for Nigel: “Mike @431, ok lets assume a 15 year time frame to stop 80% of emissions. (I hope I have interpreted you correctly). The thing that stands out is a lot of existing electricity generation capacity would have to be replaced before its useby date. In contrast the Paris goals of 2050 allows more orderly retirement of capacity.None of this looks impossible, but its worth mentioning.”

    You have understood me correctly. We are at roughly 410 ppm in the atmosphere and Tamino converts the remaining carbon budget into CO2 ppm and says that number is 25 new ppm in the atmosphere at which point we blow by our 1.5 to 2.0 degree artificial ceiling set out in the Paris Agreement. Gavin says if/when we cut current level of emissions by 80% to something around 2 GtC, we will stop the rise of CO2 in ocean and atmosphere. CO2 is rising at a rate of about 2.4 ppm at the moment.

    So, at the end of 2019, we will be looking at a baseline number 412.4
    at the end of 2020, we will be looking at 414.8
    end of 2021 we will be looking at 417.2
    2022 will be 419.6
    2023 will be 422
    2024 will be 424.4
    2025 will be 426.8
    2026 will be 429.2
    2027 will be 431.6
    2028 will be 433.8
    2029 will be 436.2

    That is the trajectory over the next ten years if we could reduce the rise in emissions to zero.

    What if we made a significant change in our behavior and could start reducing the annual rate of increase by 0.1 ppm per year? Here’s what I get with that fall in emissions and accumulations:

    Let’s project such a thing and see how the numbers work:
    2019 we are at 412.4 (2.4 increase)
    2020 we are at 414.5 (2.3 increase)
    2021 we are at 416.7 (2.2 increase)
    2022 we are at 418.8 (2.1 increase)
    2023 we are at 420.8 (2.0 increase)
    2024 we are at 422.7 1.9 increase
    2025 we are at 425.5 1.8 increase
    2026 we are 427.2 1.7 increase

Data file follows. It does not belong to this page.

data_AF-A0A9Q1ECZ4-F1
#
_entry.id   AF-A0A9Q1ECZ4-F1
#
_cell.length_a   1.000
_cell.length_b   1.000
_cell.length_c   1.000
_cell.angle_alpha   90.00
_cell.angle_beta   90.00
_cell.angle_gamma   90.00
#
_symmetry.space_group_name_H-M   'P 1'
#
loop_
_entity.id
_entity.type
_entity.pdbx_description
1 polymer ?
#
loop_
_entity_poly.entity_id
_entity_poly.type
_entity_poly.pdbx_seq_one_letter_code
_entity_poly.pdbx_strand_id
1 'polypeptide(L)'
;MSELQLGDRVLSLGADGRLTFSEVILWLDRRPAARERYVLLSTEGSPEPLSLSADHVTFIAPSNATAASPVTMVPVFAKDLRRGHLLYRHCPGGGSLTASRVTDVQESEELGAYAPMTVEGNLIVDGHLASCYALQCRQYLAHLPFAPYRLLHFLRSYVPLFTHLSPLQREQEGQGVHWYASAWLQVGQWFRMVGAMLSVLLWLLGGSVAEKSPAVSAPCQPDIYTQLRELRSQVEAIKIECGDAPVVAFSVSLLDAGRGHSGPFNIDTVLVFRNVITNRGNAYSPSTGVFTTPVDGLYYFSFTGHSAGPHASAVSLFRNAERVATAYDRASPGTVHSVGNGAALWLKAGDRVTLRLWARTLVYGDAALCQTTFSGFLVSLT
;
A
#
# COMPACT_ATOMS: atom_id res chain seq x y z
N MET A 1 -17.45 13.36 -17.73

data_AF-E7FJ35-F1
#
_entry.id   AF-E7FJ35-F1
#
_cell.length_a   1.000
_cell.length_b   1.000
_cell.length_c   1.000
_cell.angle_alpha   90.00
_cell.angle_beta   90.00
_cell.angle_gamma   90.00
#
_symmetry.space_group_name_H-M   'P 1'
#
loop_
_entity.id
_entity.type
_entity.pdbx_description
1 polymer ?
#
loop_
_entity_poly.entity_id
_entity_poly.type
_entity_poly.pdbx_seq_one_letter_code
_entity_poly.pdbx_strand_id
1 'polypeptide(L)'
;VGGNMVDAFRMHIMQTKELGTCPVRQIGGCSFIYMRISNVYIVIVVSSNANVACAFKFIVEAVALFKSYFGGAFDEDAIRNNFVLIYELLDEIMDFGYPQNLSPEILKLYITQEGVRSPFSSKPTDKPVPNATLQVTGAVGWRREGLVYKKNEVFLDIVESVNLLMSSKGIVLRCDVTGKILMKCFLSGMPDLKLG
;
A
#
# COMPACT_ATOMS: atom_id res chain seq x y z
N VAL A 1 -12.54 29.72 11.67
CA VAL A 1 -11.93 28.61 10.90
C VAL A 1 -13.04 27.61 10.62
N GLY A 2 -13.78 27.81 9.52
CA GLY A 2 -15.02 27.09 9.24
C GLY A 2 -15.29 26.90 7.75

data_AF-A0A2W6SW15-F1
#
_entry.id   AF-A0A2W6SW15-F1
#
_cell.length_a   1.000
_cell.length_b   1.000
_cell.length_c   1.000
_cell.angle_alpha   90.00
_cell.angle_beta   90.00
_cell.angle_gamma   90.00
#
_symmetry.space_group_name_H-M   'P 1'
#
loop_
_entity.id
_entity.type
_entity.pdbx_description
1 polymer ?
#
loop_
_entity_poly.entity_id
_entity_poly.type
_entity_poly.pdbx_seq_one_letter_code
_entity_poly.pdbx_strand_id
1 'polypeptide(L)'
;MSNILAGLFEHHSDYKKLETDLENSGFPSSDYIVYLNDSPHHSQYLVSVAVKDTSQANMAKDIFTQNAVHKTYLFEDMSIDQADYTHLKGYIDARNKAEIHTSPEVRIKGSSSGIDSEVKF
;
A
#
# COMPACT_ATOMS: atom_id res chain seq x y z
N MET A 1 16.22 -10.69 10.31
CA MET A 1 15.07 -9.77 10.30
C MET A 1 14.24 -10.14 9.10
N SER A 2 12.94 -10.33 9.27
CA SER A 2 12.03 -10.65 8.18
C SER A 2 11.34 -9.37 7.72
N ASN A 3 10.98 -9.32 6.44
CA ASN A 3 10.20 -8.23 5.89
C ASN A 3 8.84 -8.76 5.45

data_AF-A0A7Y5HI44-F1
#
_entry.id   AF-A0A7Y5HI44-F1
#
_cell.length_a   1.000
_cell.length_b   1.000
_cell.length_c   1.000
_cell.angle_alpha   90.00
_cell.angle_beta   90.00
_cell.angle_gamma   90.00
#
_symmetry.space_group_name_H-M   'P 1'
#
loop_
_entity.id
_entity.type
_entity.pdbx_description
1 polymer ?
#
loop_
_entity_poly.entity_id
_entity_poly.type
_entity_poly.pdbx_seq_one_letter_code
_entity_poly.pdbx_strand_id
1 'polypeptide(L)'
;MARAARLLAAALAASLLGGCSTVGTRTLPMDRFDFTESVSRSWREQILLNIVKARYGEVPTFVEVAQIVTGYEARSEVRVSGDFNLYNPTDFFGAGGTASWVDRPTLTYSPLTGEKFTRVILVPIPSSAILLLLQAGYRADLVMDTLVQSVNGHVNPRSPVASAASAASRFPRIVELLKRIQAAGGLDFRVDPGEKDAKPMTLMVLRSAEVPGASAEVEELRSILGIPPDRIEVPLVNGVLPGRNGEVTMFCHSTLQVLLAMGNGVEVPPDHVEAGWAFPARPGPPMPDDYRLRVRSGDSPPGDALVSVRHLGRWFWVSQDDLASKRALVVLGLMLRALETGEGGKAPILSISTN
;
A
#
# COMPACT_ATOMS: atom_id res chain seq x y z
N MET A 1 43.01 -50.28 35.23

2027 428.8 1.6 increase
    2028 430.3 1.5 increase
    2029 431.7 1.4 increase
    2030 433 1.3 increase
    2031 434.2 1.2 increase
    2032 435.3 1.1 increase

    we are out of time in 2032 and we have hit the 435 ceiling. If we had steady rate of reduction in CO2 increase we would need another ten years to get to 0 emission increase at which time we would be around 440. So, a decrease of 0.1 ppm per year blows by the 435 ceiling but gets us to a Gavin’s no new increase in atmospheric accumulation in about 18 years.

    Nigel – show me any numeric projection on a year by year basis that gives us more than 15 years to achieve the cuts that Gavin lays out. Do you have anything to suggest that we can make a longer time frame work?

    Cheers

    Mike

  21. 471
  22. 472
    Hank Roberts says:

    https://www.fifty.vc/

    Fifty Years is an entrepreneur-run early stage venture fund based in San Francisco. We invest in companies that inspire. Specifically, we fund companies that, if successful, will be both massively profitable and make a serious dent in achieving one of the Sustainable Development Goals.

  23. 473
    Hank Roberts says:

    From the “50 years” program list:

    CARBON IMPACT.TECH SYMPOSIUM

    Our first solution seminar focuses on solutions around carbon sequestration and carbon removal. Carbon Impact.tech Symposium will take place on Thursday, March 28th, between 4pm – 8pm in San Francisco. The event will showcase the state of the technologies for profitable carbon removal and provide an overview of the status quo of carbon solutions, followed by lightning talks of entrepreneurs working with carbon solutions and investors funding the development of the field.

  24. 474
    Killian says:

    Re #463 Ray Ladbury said Killian: “Profit is energy *taken from the system.* It cannot possibly be balanced because it is wealth/energy *removed from circulation.*”

    What the everlasting fuck? Dude, this is time-cube level gibberish–so bad it’s not even wrong. Maybe before rejecting economics, you might devote, say, 10 minutes to trying to understand it. This right here makes it clear you haven’t.

    Ray, I know you have said you *enjoy* insulting people, which says far too much of your character, but can you please not be hypocritical? To call my post gibberish when it is factually correct (I could have written twice as much and been more accurate, but that would not have changed the meaning in any meaningful way) and then offer nothing but insults with exactly zero useful, germane content is a perfect example of gibberish in the sense it’s just words with no real use or meaning. profit/money/wealth as energy is not a new idea and is not even mine. it is, however, in the economic sense, accurate. I suspect the problem is your own stuck-in-the-box thinking and faith in economics as something worthy of our time.

    Do better, dude. If you have something germane to say, say it. It may even have been interesting.

  25. 475